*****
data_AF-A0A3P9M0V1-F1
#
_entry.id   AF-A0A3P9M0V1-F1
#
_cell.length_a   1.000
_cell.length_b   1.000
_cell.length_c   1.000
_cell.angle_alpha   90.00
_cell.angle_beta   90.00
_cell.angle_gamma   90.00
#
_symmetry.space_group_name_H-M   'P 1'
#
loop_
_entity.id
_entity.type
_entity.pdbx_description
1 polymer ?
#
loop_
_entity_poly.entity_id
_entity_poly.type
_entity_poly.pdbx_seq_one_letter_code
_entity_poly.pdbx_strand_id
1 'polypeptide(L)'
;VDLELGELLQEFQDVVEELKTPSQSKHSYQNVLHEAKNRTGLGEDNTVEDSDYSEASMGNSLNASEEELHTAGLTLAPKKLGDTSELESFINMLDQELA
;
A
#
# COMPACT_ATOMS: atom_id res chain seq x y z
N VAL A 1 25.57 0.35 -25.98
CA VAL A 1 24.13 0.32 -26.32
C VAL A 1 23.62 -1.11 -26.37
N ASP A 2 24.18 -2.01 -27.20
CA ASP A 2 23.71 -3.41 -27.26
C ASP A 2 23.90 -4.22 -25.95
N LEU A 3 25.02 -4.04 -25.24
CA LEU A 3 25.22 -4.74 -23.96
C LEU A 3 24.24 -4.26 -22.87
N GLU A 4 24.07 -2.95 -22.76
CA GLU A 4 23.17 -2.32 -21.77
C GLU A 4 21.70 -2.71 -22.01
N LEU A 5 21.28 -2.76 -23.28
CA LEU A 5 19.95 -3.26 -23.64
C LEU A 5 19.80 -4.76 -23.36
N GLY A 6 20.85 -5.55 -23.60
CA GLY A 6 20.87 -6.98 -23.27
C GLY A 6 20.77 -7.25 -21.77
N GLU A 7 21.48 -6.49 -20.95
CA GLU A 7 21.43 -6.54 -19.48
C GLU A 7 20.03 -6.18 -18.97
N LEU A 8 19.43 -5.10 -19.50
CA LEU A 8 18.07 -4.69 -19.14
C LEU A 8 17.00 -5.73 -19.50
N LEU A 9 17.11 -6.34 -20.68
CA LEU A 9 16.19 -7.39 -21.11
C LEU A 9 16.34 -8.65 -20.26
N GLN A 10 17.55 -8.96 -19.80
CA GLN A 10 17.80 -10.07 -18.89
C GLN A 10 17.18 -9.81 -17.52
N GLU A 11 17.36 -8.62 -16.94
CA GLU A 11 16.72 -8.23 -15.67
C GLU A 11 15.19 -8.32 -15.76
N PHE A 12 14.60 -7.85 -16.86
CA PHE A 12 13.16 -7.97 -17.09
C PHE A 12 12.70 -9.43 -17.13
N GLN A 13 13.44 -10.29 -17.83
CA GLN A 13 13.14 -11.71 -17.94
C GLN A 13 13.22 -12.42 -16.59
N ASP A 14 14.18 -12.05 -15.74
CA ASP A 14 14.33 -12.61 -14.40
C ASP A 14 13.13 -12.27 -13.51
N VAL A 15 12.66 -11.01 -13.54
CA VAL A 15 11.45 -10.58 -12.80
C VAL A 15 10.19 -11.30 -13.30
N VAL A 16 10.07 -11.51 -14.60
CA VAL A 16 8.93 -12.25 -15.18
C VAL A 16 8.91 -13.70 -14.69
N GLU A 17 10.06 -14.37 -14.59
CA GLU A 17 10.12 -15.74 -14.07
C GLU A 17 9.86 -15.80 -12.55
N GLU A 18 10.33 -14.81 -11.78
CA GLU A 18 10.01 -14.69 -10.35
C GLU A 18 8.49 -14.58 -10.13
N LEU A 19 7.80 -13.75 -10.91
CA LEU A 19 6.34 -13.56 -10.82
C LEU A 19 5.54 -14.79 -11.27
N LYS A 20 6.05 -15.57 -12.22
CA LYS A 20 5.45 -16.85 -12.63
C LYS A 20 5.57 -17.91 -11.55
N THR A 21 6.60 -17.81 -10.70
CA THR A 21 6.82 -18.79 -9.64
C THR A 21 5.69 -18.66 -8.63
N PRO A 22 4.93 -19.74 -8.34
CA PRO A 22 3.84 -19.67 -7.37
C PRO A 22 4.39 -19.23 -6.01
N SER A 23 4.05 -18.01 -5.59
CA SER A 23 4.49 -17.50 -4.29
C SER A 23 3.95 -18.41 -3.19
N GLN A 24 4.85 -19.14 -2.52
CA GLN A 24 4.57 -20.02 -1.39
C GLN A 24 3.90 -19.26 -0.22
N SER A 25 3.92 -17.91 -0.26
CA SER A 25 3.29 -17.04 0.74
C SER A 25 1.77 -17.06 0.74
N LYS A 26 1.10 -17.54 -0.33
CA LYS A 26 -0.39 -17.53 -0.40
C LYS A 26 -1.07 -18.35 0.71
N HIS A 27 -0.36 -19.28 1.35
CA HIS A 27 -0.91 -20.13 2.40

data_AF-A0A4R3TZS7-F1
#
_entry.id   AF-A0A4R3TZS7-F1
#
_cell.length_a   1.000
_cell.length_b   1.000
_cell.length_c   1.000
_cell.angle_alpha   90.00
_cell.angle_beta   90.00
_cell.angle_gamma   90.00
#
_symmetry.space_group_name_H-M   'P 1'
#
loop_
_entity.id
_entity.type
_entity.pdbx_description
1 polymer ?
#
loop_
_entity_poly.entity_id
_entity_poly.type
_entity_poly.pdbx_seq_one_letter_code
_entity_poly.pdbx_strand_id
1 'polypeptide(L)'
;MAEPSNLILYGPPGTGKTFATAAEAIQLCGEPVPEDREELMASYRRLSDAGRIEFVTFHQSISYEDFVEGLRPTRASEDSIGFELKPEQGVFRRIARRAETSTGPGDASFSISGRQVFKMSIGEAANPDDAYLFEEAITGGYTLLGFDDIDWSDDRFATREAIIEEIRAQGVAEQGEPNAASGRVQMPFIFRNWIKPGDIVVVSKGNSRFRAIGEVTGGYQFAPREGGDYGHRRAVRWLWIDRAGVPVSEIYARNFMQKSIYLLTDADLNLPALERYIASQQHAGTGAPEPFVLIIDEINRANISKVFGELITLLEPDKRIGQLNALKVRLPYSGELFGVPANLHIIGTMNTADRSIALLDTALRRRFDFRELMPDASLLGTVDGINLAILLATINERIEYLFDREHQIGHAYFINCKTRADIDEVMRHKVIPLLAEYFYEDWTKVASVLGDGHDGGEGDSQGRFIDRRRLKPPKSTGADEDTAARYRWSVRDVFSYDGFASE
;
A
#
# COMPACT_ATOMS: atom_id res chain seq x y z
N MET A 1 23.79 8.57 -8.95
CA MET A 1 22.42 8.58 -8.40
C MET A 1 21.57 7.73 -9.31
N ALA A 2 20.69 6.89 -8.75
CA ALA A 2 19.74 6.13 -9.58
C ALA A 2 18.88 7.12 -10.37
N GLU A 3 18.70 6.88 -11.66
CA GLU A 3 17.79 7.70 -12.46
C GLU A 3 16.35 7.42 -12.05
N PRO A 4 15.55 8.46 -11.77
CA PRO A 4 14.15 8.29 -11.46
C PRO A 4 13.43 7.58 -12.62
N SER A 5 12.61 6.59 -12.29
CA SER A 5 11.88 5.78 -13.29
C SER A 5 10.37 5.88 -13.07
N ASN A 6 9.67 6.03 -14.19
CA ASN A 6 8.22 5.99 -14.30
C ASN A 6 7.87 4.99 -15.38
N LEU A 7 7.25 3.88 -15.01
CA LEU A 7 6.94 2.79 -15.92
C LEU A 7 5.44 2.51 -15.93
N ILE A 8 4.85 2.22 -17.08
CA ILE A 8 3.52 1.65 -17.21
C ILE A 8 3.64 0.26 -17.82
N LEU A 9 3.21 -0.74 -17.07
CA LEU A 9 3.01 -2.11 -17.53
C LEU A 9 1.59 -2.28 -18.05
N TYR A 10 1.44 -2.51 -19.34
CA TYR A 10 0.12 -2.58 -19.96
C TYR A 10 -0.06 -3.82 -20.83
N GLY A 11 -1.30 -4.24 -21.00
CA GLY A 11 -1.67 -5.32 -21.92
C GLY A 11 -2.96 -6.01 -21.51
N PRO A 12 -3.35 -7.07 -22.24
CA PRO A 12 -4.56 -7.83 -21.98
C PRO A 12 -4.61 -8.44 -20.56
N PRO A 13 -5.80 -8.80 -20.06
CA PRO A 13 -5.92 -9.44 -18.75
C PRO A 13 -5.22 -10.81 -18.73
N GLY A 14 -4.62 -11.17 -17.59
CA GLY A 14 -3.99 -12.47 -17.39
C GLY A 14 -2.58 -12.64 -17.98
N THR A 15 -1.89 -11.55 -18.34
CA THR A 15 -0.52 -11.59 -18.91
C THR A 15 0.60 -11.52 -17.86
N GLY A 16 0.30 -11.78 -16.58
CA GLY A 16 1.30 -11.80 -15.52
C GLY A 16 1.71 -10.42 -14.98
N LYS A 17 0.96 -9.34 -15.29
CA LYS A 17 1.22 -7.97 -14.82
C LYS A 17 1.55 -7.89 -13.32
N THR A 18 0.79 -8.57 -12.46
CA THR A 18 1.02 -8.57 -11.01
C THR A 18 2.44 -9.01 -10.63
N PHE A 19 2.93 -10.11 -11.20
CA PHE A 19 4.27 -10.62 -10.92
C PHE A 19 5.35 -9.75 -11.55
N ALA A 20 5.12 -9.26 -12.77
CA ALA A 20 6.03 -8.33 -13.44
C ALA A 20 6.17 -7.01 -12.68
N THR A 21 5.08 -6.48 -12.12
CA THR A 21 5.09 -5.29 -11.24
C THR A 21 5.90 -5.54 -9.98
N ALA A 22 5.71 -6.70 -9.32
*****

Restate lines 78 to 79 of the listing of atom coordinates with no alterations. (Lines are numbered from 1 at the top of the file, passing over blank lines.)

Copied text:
C VAL A 16 8.91 -13.70 -14.69
N GLU A 17 10.06 -14.37 -14.59